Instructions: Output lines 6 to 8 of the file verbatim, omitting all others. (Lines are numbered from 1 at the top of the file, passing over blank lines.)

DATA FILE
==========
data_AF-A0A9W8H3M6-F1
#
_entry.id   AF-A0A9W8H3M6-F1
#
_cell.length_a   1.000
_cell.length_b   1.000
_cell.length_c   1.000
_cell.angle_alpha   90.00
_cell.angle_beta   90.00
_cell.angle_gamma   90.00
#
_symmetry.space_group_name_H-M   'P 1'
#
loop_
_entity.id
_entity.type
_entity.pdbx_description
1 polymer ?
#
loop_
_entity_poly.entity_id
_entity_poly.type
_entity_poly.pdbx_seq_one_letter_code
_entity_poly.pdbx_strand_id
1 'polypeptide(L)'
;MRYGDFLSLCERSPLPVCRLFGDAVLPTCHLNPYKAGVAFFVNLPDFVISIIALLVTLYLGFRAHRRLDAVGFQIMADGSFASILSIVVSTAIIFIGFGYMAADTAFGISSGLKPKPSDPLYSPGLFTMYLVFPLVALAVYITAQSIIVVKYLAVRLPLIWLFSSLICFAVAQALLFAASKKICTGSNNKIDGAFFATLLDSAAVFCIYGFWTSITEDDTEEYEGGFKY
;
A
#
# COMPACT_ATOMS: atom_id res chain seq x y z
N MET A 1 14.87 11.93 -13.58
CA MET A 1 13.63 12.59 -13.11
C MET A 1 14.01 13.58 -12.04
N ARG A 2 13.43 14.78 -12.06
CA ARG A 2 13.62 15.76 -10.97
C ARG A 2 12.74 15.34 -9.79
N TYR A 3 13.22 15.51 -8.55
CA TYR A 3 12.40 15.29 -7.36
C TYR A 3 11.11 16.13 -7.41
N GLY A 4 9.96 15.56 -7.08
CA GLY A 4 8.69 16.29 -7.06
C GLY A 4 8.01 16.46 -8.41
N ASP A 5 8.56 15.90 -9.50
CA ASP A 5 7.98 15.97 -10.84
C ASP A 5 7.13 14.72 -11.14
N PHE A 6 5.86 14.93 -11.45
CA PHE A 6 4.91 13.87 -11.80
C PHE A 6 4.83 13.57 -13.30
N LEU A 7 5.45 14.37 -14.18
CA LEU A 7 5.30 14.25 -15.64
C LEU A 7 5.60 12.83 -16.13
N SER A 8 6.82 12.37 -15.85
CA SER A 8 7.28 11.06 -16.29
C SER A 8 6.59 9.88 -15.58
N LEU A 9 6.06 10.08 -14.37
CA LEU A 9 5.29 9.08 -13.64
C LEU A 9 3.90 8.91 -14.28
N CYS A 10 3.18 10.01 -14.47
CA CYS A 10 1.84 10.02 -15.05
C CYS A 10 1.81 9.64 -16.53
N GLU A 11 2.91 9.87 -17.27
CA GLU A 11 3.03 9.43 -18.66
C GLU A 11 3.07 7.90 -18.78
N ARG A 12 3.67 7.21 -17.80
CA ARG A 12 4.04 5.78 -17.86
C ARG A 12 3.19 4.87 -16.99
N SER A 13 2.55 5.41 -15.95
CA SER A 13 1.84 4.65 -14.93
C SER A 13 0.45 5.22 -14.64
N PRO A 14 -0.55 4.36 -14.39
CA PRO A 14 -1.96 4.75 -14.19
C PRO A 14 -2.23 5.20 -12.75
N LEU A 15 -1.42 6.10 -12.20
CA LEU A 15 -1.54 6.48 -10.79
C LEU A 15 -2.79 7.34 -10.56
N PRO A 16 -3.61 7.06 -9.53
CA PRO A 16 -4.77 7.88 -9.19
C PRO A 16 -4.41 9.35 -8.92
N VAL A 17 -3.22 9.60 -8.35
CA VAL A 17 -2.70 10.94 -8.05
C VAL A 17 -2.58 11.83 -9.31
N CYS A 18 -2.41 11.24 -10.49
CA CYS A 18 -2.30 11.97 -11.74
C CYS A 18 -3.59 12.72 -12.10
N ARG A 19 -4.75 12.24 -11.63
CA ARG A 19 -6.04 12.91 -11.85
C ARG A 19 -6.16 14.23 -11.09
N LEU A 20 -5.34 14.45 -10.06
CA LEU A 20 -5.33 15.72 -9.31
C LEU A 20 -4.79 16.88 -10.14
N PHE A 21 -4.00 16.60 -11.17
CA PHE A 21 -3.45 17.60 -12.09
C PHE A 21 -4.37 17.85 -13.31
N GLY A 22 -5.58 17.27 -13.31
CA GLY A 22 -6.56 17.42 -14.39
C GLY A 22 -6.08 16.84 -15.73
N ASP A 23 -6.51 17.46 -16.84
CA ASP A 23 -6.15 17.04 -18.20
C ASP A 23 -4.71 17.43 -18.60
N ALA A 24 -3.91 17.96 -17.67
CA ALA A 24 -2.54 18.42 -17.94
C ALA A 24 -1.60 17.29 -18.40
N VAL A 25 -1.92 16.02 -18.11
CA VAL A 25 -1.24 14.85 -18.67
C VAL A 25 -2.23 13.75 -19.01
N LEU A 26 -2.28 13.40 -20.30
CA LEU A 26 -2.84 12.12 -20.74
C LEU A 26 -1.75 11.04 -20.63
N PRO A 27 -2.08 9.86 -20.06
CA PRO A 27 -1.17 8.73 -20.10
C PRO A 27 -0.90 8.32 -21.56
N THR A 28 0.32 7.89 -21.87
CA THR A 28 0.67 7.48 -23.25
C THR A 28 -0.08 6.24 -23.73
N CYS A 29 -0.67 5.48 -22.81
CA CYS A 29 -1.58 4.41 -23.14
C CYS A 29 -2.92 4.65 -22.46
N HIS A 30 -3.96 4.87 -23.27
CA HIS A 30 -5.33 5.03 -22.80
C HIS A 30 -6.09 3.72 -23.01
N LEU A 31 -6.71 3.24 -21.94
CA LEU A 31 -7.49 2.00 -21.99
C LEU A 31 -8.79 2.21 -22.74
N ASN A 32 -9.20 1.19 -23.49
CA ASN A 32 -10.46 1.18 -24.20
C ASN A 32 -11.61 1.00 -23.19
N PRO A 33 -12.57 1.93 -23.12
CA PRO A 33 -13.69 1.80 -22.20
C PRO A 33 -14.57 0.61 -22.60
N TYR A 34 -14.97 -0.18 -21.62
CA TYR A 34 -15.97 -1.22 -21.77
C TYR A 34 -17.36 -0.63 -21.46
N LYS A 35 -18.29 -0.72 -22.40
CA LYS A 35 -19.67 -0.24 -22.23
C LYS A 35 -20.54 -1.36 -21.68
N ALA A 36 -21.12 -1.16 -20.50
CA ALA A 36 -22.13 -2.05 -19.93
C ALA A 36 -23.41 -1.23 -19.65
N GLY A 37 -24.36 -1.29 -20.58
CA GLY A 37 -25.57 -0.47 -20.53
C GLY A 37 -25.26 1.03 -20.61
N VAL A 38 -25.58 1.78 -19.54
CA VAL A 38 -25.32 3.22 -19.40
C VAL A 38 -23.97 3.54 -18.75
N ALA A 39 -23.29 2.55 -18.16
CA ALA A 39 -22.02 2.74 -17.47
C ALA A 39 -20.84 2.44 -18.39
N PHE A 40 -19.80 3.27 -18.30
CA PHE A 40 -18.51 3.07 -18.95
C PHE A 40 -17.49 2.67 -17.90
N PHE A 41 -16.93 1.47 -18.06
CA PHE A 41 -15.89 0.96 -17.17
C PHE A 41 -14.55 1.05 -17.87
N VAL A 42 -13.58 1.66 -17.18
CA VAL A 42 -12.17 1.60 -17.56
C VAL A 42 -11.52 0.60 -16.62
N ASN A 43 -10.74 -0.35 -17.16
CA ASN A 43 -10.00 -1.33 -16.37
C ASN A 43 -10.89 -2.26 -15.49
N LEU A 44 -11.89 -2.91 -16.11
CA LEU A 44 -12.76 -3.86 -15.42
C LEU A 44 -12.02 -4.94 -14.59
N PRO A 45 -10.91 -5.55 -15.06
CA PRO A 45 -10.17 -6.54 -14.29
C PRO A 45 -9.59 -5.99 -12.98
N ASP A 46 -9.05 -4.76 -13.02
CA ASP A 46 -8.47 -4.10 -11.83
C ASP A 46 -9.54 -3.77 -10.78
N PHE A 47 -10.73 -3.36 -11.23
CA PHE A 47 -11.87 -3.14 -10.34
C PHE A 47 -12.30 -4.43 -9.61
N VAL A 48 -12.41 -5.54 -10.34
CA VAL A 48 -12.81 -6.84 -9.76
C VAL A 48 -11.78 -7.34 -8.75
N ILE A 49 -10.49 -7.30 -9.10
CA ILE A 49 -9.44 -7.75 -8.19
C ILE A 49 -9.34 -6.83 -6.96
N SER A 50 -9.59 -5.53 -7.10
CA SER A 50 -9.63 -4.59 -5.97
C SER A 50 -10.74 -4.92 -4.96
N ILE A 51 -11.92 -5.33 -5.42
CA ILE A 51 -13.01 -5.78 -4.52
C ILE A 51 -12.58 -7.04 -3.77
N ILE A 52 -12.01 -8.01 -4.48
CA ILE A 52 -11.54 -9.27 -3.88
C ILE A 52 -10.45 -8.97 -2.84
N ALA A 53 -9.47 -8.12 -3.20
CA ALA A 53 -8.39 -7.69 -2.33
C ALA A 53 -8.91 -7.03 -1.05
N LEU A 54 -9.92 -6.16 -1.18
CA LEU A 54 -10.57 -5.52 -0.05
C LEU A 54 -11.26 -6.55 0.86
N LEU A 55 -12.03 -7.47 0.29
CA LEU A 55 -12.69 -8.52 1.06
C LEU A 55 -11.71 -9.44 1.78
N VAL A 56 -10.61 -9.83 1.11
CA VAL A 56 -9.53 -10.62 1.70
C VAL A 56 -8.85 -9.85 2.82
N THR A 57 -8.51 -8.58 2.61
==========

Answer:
_cell.length_b   1.000
_cell.length_c   1.000
_cell.angle_alpha   90.00